Because of the wickedness of humanity G-d resolves to bring a flood to destroy the world and begin again with Noah. The Torah in describing the degenerate state of human affairs uses two different words hamas and hashchata. The first is generally translated as violence and the second as corruption, so ‘humanity corrupted their way on the earth and the earth was filled with violence because of them’. The Rabbis generally saw hamas as referring to robbery and hashchata to sexual promiscuity. But if we examine the root meaning of these two words we can discover an indictment of the generation of the flood that is relevant for our own. Hamas actually means an uncontrolled desire for the possessions of others and the belief that you have the right to acquire them by any means. It is summed up in the statement of the Mishna ‘what is mine is mine and what is yours is mine’. In this world view I should have anything I want if I can obtain it, no matter what the price to others. Hashchata really means destruction or vandalism. It is the wanton destruction of the world around us as illustrated in the prohibition of the Torah to destroy fruit trees in war. Bal taschit then becomes a general prohibition on wantonly destroying anything. In this light we can see the true sin of the flood generation. They were consumed with an uncontrolled desire for acquisition and use of resources both material and human. This led to them totally disregarding the basic rights of others, whether animal or human. People’s possessions or their bodies were fair game if you were strong enough to use them to satisfy your desires. This in turn led to the destruction of society and nature inevitably leading to the complete destruction of the world in the environmental catastrophe of the flood. This may sound somewhat familiar. Our generation and those preceding have also had an unquenchable desire to use resources, both material and human, to create ever more wealth to satisfy our need for ever more possessions. We thus have depleted the natural world of its resources and led to the degradation of our own environment. Unregulated capitalistic exploitation has led to vast discrepancies of wealth, health and education, that threaten to tear about society and cause conflict between nations. All of this is inexorably leading to an environmental catastrophe from which no one will emerge the winner if anyone survives at all. The pursuit of hamas and hashchata in our generation threatens to lead to the same result as it did in the generation of the flood. The Rabbis say that Noah spent 120 years building the ark in order to warn his generation of the impending catastrophe, they did not listen and were swept into oblivion. We have far less than that time to change our ways before it is to late. Will we maybe, this time, take heed?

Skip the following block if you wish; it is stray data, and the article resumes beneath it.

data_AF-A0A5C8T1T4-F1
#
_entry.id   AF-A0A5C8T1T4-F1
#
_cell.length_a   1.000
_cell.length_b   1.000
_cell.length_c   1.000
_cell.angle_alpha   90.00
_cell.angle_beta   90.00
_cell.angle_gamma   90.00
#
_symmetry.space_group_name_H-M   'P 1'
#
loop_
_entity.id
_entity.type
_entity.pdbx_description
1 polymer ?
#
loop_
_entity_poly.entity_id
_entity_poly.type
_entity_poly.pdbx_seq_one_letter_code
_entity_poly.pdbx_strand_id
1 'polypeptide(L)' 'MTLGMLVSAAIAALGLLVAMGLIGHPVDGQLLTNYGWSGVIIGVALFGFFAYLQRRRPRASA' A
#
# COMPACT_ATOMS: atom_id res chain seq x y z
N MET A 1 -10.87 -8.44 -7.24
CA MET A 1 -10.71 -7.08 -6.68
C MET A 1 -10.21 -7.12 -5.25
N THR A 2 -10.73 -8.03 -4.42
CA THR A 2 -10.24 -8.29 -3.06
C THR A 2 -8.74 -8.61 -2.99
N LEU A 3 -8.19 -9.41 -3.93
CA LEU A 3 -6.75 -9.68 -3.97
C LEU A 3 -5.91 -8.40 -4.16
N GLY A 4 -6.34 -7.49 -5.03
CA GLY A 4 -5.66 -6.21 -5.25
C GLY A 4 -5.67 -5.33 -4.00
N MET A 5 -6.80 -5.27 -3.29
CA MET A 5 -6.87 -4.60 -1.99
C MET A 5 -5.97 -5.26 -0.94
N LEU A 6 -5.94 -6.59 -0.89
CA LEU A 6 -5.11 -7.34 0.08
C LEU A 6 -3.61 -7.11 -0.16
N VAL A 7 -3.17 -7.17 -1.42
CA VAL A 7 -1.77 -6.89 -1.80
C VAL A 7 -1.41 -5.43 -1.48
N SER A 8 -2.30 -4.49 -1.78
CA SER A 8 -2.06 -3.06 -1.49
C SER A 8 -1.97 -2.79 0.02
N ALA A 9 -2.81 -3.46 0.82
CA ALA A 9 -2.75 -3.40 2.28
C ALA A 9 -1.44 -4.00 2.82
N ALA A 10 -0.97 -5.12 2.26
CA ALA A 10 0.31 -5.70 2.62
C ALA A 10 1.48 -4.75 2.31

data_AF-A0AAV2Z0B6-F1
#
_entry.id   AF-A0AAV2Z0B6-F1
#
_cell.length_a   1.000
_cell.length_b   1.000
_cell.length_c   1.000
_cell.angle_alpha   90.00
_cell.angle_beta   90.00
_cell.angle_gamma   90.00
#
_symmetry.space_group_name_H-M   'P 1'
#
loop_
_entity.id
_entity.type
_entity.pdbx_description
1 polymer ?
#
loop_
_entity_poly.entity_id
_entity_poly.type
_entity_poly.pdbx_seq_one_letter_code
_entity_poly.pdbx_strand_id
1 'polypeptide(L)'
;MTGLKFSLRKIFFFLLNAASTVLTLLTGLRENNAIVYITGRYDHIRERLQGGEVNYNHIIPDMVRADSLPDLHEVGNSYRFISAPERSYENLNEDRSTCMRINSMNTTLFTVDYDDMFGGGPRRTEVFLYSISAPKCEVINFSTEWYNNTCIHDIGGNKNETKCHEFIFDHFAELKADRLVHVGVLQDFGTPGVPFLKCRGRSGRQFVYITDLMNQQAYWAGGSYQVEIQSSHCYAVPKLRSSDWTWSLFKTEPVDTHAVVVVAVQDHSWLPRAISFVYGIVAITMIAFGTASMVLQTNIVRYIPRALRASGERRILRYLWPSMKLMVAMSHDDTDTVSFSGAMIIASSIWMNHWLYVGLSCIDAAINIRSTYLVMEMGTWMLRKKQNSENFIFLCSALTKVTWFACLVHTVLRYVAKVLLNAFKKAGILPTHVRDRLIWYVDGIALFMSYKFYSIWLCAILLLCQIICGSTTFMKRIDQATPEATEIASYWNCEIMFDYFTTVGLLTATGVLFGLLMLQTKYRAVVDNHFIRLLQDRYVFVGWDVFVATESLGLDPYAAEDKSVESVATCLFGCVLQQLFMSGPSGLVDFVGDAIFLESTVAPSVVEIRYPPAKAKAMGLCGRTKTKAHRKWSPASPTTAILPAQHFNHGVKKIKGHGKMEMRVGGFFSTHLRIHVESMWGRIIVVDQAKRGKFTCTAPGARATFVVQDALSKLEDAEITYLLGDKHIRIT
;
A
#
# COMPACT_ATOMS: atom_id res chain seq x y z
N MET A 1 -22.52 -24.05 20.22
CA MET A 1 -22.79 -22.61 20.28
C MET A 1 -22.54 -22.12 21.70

Parshat lech L’cha